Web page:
The long arm of Unintended Concequences

3 Mar

I just finished reading “Life Everlasting: The Animal Way of Death” by Bernd Heinrich and found it to be quite interesting.  The book is mainly about the “undertakers” of the animal world, vultures, ravens, carrion beetles, and so on.  I have a lot of fun reading a book by a deeply knowledgable author like Bernd Heinrich because I so often get sidetracked by really interesting things that are only given a mention in passing.

In the book there were a few things that grabbed my attention, leading to hours of additional reading on Wikipedia.

Ever heard of a Giant Ichneumon Wasp?  Or seen one in action?  It’s pretty amazing stuff.

Anyway, one bit that really caught my eye centered on the plight of the white-rumped vulture.

The white-rumped vulture isn’t exactly a pretty bird, but it was a pretty important scavenger.  In fact, it may have been the most important (and certainly the most populous) scavenger bird in the entire Asian continent.

That was, of course, before 1992.

Fast forward 20 years, and the white-rumped vulture population has been decimated.  Only about 0.1% of their original population is alive today, earning them a “critically endangered” spot on the endangered species list.

What killed off the other 99.9% of the vultures?

Diclofenac_Sodium_Coated_Tablets

A little painkiller called Diclofenac.

Diclofenac is an NSAID pain/fever reducer, much like Aspirin or Ibuprofen.  Diclofenac isn’t really a problem when it’s used by humans, because as luck would have it, not many people get eaten by vultures these days, Parsi’s notwithstanding.

But in Asia, Diclofenac started to be used in cattle.

When you’re a small farmer in Asia (as most farmers are) you don’t have much land to work with.  That makes it hard to support many cattle on your land, making each cow you have that much more valuable.  If your cow represents such a huge chunk of your net worth, it makes sense to treat it with pain medication if it’s having a rough time delivering a calf or getting lame in one foot.  That $1 spent on a drug like Diclofenac might just keep your cow alive, and keep you out of the poor house.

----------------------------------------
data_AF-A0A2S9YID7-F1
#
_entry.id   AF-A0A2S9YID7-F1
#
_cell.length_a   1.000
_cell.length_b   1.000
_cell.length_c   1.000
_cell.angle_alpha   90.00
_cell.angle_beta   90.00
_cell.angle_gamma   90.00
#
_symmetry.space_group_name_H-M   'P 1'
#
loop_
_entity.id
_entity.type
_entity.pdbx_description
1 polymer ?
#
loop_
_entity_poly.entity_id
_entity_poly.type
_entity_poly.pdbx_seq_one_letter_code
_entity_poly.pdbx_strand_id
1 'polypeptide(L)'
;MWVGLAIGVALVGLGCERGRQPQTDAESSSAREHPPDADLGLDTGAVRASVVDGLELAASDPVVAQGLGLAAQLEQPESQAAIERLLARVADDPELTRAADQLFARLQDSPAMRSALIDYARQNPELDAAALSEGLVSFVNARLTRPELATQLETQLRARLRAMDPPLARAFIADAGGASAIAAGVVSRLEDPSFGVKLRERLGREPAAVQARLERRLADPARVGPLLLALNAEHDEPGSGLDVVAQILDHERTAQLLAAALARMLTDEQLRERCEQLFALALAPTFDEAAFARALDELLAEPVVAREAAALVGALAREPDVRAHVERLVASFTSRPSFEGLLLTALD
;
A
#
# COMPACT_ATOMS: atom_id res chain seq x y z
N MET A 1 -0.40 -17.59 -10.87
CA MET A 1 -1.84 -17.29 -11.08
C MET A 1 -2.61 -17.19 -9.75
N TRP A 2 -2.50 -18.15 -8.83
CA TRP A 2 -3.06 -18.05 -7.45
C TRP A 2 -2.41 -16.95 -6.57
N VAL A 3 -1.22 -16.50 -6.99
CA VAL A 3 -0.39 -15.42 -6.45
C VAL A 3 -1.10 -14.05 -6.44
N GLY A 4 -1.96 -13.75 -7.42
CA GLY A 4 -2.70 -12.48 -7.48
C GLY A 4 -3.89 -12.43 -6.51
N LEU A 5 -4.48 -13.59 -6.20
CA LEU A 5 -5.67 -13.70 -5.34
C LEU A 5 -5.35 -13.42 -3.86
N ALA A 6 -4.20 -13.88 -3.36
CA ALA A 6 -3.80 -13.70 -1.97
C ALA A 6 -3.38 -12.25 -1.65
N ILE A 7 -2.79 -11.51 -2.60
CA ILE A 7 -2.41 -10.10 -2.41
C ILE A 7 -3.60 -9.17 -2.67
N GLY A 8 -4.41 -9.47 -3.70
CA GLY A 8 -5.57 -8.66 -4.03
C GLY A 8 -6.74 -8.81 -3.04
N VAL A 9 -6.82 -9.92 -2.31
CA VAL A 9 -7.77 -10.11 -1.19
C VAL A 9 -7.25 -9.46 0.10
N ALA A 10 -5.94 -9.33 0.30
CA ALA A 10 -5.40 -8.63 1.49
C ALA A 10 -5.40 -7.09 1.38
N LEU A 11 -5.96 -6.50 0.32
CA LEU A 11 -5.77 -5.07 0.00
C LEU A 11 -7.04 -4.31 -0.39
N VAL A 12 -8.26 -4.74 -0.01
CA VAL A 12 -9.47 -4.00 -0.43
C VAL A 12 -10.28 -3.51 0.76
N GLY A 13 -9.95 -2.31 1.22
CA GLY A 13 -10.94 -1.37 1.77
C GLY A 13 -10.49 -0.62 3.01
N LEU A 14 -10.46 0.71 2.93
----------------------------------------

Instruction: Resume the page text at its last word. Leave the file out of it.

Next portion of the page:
Unfortunately for the vultures, eating even tiny amounts of Diclofenac-tainted meat causes them to go into kidney-failure and die.  If as few as 1 in 720 cow carcasses are tainted with Diclofenac, the vulture population declines.

“So what?” you might say.  Vultures are kind of icky anyway, what’s the big deal if some of them die off?

Well, vultures turn out to be pretty important.  They have a real knack for disposing of carcasses, again, just ask the Parsi’s.

So when 99.9% of the vultures in a given area suddenly die, the carcasses really start to pile up.  Surely hundreds of wild animals and livestock die every day in a given area.  So what if no one or nothing is around to get rid of those remains?

Turns out, other animals step into the scavenger role.  Feral dogs for starters.  And with feral dogs comes rabies.  Is it any wonder that there are headlines like “Millions of stray dogs terrorize India.”?

And the dogs aren’t alone either.

A crafty predator like the Leopard would love to snack on a few feral dogs.  But a Leopard can’t live on dogs alone, they gotta have a little variety too!  So the leopards just snack on a few people here and there.

What a mess!

 

Diclofenac has since been banned for livestock use in India (it’s long been banned in the US).  And there are a few big efforts underway to repopulate the White-Rumped Vulture.

So while Diclofenac poisoning might stand as one of the worst ecological disasters in recent history, but at least people are starting to repair the damage.

But it does make me think twice about the potential effects of other chemicals that we use here in the US, like Rodenticides.

2 Responses to “The long arm of Unintended Concequences”

  1. Tim March 4, 2013 at 9:49 am #

    Did you hear they are going to airdrop thousands of poison laced mice on Guam to combat their invasive snake problem? How did the snakes get there? They caught a ride on a plane…

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